Monroe County commissioners say two new nuclear reactors should not even be considered at Turkey Point nuclear power plant until Florida Power and Light has resolved the issue of a plant-induced saltwater plume threatening the Florida Keys’ freshwater supply.

The county commissioners’ statements come as the federal Nuclear Regulatory Commission ruled that a cooling system for two new reactors at the plant just north of Monroe County would not damage the mangroves, wetlands and other sensitive South Florida ecosystems

, according to a lengthy 1,200-page review.

FPL is looking to expand the plant’s capacity despite having to spend millions of dollars to resolve issues which could lead to the contamination of the Keys’ water supply.

The plant’s cooling canals have created a saltwater plume, which is within 10 miles of the Florida Keys Aqueduct Authority well field in the Biscayne Aquifer.

The Biscayne Aquifer, a shallow 4,000-square-mile underground body of freshwater, provides 17 million gallons of drinking water a day for the Florida Keys.

Plans approved by the Florida Department of Environmental Protection call for a deep injection well to flush the plume thousands of feet below the ground, long-term monitoring of the plume and requires progress retracting it within the next three to five years.

Commissioner Sylvia Murphy, who represents the Upper Keys, does not support the expansion of the plant, but doubted the project would be approved and/or completed.

“They have too many hurdles to jump through,” Murphy said. “I’m not that worried, but I hope they (regulators) don’t allow it.”

County Mayor Heather Carruthers would also like to see progress on the cleanup effort before any kind of approval would be granted.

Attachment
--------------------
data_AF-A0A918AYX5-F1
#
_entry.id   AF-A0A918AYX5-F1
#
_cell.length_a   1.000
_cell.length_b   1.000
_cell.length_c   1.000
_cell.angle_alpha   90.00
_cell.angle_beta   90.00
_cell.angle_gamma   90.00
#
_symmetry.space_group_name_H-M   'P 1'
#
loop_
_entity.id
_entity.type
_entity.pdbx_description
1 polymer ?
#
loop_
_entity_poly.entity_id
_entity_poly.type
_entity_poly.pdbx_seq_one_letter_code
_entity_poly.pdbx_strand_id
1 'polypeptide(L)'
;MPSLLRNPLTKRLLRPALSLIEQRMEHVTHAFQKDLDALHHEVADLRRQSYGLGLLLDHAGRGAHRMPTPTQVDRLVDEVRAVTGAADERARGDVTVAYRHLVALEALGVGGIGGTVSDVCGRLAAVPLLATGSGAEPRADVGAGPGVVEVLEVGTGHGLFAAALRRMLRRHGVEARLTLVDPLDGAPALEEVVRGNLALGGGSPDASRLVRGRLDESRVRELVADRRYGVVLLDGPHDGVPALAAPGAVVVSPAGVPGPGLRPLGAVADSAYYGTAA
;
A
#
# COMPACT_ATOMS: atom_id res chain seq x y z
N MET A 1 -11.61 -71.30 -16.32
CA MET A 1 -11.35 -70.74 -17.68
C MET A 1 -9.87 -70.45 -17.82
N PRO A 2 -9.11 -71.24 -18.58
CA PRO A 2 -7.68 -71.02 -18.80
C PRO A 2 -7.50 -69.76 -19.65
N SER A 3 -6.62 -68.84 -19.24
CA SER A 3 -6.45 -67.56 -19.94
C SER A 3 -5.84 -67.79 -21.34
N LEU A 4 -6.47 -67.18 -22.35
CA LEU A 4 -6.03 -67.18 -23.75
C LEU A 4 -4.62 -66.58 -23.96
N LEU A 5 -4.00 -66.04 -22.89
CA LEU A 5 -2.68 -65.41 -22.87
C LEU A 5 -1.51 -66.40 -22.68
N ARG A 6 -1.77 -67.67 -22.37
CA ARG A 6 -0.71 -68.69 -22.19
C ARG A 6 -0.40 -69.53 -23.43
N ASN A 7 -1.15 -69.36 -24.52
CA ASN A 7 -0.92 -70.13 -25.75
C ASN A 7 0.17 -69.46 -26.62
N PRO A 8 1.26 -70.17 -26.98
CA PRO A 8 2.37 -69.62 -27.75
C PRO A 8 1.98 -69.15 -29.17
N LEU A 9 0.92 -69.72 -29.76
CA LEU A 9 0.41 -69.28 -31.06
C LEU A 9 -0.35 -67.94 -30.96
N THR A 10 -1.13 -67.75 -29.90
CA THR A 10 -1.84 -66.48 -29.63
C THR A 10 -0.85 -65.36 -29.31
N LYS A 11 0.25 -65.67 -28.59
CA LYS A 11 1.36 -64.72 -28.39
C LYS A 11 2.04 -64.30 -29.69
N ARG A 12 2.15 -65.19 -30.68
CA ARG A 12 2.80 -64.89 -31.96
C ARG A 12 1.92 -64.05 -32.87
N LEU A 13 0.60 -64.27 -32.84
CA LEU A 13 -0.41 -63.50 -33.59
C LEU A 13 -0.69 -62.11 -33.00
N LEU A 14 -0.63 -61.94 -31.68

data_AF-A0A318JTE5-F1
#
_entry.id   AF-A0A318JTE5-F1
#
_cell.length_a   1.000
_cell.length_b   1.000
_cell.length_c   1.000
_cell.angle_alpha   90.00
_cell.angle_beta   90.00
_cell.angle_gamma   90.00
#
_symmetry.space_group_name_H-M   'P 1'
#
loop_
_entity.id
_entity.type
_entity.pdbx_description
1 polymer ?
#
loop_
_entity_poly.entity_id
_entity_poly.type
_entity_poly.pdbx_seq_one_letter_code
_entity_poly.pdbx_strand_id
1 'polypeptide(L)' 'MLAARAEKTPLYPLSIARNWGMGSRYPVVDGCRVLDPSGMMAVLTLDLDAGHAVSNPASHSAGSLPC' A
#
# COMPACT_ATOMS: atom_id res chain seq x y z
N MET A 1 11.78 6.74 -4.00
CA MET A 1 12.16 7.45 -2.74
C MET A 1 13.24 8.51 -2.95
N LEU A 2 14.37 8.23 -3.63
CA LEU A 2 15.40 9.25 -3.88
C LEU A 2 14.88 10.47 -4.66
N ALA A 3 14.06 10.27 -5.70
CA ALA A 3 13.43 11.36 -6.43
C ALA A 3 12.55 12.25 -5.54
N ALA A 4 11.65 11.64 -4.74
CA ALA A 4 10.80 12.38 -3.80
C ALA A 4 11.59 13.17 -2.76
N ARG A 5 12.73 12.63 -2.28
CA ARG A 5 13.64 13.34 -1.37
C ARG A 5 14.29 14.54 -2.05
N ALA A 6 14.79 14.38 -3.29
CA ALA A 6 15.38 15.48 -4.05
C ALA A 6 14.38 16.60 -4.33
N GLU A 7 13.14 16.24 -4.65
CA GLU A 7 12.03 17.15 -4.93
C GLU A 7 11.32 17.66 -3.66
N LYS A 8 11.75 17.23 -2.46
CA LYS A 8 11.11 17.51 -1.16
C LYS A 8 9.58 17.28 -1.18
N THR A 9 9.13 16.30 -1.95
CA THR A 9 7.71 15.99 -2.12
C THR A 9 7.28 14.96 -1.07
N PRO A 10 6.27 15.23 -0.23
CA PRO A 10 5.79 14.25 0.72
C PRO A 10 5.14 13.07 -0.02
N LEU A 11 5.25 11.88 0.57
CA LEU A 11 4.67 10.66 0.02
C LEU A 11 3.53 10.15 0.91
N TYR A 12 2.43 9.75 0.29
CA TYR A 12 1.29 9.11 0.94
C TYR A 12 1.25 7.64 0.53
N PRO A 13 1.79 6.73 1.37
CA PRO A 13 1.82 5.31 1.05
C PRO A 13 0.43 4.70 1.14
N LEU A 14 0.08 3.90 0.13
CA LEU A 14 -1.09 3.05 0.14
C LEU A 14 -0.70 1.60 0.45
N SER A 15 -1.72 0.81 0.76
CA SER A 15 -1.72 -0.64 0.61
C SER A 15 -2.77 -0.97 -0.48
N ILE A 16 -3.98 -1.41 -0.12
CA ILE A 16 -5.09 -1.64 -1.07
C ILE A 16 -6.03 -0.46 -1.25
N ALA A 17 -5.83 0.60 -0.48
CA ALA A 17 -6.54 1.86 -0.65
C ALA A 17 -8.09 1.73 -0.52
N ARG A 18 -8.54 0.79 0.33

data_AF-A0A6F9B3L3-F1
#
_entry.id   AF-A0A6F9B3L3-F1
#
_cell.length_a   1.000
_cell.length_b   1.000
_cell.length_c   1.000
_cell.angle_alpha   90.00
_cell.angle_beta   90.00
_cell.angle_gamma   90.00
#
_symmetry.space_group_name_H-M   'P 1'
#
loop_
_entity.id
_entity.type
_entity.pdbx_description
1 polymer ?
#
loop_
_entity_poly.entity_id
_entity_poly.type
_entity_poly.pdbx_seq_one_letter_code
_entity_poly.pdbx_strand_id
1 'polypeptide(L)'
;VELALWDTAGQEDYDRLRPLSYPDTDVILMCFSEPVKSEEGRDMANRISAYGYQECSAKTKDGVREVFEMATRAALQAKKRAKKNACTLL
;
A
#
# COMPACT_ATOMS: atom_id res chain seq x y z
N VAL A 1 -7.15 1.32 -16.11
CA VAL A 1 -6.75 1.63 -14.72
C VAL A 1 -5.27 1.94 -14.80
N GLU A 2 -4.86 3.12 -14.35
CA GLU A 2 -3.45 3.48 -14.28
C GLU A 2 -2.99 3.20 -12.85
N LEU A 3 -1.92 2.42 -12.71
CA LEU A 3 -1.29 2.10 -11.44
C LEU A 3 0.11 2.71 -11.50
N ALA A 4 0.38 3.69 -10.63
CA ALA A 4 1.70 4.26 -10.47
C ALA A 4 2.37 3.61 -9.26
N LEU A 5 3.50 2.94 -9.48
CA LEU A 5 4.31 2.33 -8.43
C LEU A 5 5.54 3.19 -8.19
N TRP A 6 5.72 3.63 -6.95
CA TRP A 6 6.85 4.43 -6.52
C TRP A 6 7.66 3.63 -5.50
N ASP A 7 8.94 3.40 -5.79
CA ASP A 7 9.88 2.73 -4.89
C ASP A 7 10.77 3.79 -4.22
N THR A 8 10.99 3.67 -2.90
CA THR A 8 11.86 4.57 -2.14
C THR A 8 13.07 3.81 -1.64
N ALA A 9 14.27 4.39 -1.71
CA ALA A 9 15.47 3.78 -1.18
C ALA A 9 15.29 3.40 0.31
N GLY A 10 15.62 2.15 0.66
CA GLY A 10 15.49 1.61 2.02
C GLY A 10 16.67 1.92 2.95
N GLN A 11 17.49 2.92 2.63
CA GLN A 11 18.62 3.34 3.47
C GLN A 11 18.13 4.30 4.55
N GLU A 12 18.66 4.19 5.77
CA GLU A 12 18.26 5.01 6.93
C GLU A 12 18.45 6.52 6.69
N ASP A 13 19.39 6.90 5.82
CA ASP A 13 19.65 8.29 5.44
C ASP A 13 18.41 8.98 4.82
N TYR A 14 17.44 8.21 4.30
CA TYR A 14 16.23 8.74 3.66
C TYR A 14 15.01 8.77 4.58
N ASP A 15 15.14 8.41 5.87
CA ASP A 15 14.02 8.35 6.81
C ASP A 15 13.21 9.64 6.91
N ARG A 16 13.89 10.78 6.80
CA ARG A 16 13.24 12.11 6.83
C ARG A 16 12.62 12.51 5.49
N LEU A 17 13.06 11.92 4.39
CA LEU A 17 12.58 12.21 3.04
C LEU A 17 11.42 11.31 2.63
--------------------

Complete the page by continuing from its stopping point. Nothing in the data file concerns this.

She said she would like to see FPL use a different cooling system for all of the reactors, not just the new ones, and eliminate the cooling canals entirely.

FPL plans on using cooling towers for the two proposed reactors. 

The Southern Alliance for Clean Energy and Tropical Audubon Society filed a lawsuit against FPL claiming the utility has violated the Clean Water Act because of the problems with the cooling system. The Southern Alliance has questioned FPL’s cleanup plans and has called on FPL to replace its leaking cooling canal system with a series of cooling towers.

Laura Reynolds, a representative for the Alliance, argued that despite using cooling towers for the two new reactors, FPL should not be allowed to expand the plant because it will require too much water and back up water supplies that could impact Biscayne Bay National Park and other aquatic reserves.

“I am baffled by that decision,” Reynolds said of the Nuclear Regulatory Commission’s finding. “This is in direct conflict with Everglades restoration. ...They (FPL) should look at renewables.”

FPL spokesman Peter Robbins said that water for the cooling towers could come from reclaimed water that Miami-Dade County is currently treating and dumping in outfalls into the ocean.

Robbins argued that there are environmental benefits to nuclear energy.

“We believe in being environmental stewards,” Robbins said. “Nuclear does not produce greenhouse gases.”

However, Reynolds argued that FPL does not plan to start using reclaimed water at the plant until 2031, at the earliest.

The plant expansion still faces more hearings and approvals by the Nuclear Regulatory Commission. There will be an upcoming hearing in Washington, D.C. and another one in Homestead in April, Robbins said.

An approval could be issued as early as the fall of 2017, Robbins said. FPL does not have a timeline for construction. The company is currently monitoring the construction of two other nuclear reactor projects in South Carolina and Georgia, Robbins said.